Skip to main content
ARS Home » News & Events » News Articles » Research News » 2019 » Three USDA Scientists Win Presidential Early Career Awards

From left to right, Heather Allen, Jo Anne Crouch and Sara Lupton.

Three USDA Scientists Win Presidential Early Career Awards

By Dennis O'Brien
July 10, 2019

WASHINGTON, D.C. July 10—Three USDA scientists with the Agricultural Research Service (ARS) have been named recipients of the Presidential Early Career Award for Scientists and Engineers (PECASE).

The PECASE is the highest honor bestowed by the United States government to outstanding scientists and engineers who are beginning their research careers and who show exceptional promise for leadership in science and technology. The ARS winners are: Heather Allen at the National Animal Disease Center in Ames, Iowa; Jo Anne Crouch at the Beltsville Agricultural Research Center in Beltsville, Maryland; and Sara Lupton, at the Edward T. Schafer Agricultural Research Center in Fargo, North Dakota.

Allen is a microbiologist and an international expert on antibiotic resistance gene ecology and swine gut microbial communities. Her work has significantly contributed to our scientific understanding of the effects of agricultural practices on foodborne pathogens and antibiotic resistance genes in food-producing animals. She discovered that swine gut microbiota harbor diverse antibiotic resistance genes regardless of the antibiotic treatment administered. Her studies also have defined the effects of antibiotics on the swine gut microbiome in ways that can be applied to humans as well as other hosts.

Crouch is a molecular biologist whose work has been key to understanding the global diversity of fungal pathogens that cripple horticultural plants, turfgrass and cereal crops. She has developed molecular markers, diagnostic assays, genome tools and taxonomic resources that are used to combat downy mildews, boxwood blight, dollar spot and other plant diseases threatening crops across the United States and worldwide.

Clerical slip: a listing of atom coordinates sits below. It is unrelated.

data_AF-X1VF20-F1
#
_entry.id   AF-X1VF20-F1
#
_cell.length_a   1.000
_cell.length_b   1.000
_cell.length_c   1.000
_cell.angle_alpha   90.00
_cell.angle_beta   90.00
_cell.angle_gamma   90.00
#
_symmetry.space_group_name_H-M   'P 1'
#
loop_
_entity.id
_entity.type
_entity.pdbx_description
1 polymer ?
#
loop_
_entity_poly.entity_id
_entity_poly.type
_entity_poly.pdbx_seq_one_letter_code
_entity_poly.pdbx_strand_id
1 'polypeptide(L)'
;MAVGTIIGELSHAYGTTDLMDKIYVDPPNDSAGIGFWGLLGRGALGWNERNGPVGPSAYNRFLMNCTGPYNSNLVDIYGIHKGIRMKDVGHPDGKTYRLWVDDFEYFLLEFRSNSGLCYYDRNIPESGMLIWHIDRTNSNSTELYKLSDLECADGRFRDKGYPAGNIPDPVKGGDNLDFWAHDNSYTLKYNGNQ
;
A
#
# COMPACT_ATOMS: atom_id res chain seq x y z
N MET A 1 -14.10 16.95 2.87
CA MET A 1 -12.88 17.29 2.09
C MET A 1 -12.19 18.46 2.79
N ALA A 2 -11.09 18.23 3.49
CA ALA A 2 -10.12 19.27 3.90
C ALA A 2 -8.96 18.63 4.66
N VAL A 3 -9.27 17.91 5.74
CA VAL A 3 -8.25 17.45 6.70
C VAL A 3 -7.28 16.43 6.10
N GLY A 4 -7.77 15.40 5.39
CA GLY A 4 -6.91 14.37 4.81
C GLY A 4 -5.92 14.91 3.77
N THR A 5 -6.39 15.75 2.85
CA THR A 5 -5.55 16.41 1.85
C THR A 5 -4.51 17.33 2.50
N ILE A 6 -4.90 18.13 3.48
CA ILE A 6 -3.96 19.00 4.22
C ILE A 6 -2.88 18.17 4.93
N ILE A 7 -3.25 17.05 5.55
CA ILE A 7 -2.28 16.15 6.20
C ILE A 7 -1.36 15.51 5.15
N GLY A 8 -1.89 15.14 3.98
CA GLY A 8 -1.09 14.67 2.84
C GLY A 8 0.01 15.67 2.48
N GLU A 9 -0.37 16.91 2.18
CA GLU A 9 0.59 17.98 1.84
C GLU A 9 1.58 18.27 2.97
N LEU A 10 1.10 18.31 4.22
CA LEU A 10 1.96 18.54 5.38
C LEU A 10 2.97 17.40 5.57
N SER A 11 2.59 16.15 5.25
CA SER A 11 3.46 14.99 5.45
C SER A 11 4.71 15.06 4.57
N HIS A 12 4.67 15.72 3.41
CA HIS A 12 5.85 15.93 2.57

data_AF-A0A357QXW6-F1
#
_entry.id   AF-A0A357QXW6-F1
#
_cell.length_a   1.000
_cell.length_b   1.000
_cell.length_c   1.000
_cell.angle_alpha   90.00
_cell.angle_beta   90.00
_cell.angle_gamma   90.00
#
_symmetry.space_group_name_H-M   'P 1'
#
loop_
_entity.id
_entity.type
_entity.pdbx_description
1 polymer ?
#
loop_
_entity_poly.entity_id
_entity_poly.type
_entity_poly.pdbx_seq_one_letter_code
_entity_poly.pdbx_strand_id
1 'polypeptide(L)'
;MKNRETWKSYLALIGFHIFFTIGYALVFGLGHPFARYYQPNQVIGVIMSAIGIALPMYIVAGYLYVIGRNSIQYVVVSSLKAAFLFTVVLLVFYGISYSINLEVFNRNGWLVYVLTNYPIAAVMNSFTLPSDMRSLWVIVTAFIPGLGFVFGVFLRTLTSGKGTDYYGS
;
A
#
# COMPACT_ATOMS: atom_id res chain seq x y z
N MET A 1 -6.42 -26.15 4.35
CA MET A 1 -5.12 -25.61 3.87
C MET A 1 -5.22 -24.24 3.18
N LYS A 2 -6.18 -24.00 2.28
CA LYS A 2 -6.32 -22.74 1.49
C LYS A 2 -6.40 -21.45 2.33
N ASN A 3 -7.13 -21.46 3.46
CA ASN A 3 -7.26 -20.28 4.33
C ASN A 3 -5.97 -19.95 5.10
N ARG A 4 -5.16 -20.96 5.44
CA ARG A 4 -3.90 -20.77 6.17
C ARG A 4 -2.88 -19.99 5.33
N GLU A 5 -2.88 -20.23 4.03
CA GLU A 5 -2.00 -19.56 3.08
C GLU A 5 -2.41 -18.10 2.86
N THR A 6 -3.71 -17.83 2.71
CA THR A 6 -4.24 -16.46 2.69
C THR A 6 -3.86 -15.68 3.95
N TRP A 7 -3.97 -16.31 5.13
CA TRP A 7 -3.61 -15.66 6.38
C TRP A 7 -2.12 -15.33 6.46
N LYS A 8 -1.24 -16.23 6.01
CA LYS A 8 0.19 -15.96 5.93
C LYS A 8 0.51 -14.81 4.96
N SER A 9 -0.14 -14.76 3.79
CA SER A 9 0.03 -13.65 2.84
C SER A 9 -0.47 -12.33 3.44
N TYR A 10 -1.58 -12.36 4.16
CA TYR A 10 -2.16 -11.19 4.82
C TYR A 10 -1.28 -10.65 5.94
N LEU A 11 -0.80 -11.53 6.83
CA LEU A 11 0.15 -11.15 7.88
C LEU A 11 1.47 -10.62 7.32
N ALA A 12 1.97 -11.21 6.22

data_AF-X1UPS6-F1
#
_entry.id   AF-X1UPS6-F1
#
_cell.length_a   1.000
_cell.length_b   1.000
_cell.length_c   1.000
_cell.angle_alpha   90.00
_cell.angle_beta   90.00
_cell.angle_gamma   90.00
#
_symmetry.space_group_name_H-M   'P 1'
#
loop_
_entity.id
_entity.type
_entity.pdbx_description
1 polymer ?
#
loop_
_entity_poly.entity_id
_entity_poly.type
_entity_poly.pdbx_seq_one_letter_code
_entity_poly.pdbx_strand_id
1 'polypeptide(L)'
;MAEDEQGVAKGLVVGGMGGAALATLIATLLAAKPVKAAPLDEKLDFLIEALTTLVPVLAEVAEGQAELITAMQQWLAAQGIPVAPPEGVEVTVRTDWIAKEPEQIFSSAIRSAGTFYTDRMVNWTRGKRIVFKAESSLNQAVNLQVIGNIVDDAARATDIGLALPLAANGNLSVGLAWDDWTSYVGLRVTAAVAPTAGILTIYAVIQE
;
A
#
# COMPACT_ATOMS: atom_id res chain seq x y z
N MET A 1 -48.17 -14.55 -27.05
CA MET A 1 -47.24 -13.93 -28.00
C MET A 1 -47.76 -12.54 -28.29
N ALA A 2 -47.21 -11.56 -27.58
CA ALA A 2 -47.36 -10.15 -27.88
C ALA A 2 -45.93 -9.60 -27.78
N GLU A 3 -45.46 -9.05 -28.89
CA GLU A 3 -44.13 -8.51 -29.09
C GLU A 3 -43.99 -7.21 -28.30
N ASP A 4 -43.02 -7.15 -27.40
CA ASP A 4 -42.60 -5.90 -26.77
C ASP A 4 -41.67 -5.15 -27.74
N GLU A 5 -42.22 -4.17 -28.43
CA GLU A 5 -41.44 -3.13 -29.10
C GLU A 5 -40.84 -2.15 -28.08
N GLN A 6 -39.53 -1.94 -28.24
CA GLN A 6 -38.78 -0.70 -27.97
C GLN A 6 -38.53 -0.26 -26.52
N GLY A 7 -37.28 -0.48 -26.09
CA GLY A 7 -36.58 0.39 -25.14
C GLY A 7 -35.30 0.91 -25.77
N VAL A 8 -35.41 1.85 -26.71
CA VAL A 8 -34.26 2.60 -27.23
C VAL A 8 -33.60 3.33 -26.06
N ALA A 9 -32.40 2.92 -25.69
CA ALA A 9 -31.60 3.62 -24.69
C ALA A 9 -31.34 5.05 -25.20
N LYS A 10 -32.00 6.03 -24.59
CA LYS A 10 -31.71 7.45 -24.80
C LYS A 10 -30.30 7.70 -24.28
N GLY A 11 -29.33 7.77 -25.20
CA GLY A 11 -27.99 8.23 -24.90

Lupton, who is a research chemist, is internationally recognized for her research about the fate of chemical contaminants in cattle, swine and poultry as well as their byproducts, waste systems, and feed sources. Her contributions have informed decision-making by regulatory agencies and promoted consumer confidence in the food supply and domestic milk and meat production practices.

Established in 1996, the PECASE acknowledges the contributions scientists and engineers have made to the advancement of science, technology, education, and mathematics (STEM) education and to community service as demonstrated through scientific leadership, public education, and community outreach. The White House Office of Science and Technology Policy coordinates the PECASE with participating departments and agencies. A complete list of the award winners is here.

The Agricultural Research Service is the U.S. Department of Agriculture's chief scientific in-house research agency. Daily, ARS focuses on solutions to agricultural problems affecting America. Each dollar invested in agricultural research results in $20 of economic impact.